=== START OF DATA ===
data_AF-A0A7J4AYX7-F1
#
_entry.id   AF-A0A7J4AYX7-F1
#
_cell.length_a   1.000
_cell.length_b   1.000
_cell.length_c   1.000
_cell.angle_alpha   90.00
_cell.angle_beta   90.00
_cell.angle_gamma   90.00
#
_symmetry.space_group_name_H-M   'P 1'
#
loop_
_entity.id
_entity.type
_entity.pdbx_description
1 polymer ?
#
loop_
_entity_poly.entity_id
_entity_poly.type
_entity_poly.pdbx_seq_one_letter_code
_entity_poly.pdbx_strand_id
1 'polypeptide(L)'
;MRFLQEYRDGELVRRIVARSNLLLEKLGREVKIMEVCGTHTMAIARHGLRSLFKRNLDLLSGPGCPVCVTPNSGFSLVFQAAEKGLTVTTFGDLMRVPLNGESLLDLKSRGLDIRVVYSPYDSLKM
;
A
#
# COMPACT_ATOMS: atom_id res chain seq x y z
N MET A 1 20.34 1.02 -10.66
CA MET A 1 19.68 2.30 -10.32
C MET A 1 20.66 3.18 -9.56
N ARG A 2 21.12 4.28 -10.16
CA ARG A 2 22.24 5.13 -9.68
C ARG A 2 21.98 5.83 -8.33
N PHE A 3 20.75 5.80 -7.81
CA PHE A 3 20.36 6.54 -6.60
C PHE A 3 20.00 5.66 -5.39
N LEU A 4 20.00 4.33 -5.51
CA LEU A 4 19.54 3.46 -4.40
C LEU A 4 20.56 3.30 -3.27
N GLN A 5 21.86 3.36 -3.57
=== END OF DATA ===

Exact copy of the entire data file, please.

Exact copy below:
data_AF-A0A7J4AYX7-F1
#
_entry.id   AF-A0A7J4AYX7-F1
#
_cell.length_a   1.000
_cell.length_b   1.000
_cell.length_c   1.000
_cell.angle_alpha   90.00
_cell.angle_beta   90.00
_cell.angle_gamma   90.00
#
_symmetry.space_group_name_H-M   'P 1'
#
loop_
_entity.id
_entity.type
_entity.pdbx_description
1 polymer ?
#
loop_
_entity_poly.entity_id
_entity_poly.type
_entity_poly.pdbx_seq_one_letter_code
_entity_poly.pdbx_strand_id
1 'polypeptide(L)'
;MRFLQEYRDGELVRRIVARSNLLLEKLGREVKIMEVCGTHTMAIARHGLRSLFKRNLDLLSGPGCPVCVTPNSGFSLVFQAAEKGLTVTTFGDLMRVPLNGESLLDLKSRGLDIRVVYSPYDSLKM
;
A
#
# COMPACT_ATOMS: atom_id res chain seq x y z
N MET A 1 20.34 1.02 -10.66
CA MET A 1 19.68 2.30 -10.32
C MET A 1 20.66 3.18 -9.56
N ARG A 2 21.12 4.28 -10.16
CA ARG A 2 22.24 5.13 -9.68
C ARG A 2 21.98 5.83 -8.33
N PHE A 3 20.75 5.80 -7.81
CA PHE A 3 20.36 6.54 -6.60
C PHE A 3 20.00 5.66 -5.39
N LEU A 4 20.00 4.33 -5.51
CA LEU A 4 19.54 3.46 -4.40
C LEU A 4 20.56 3.30 -3.27
N GLN A 5 21.86 3.36 -3.57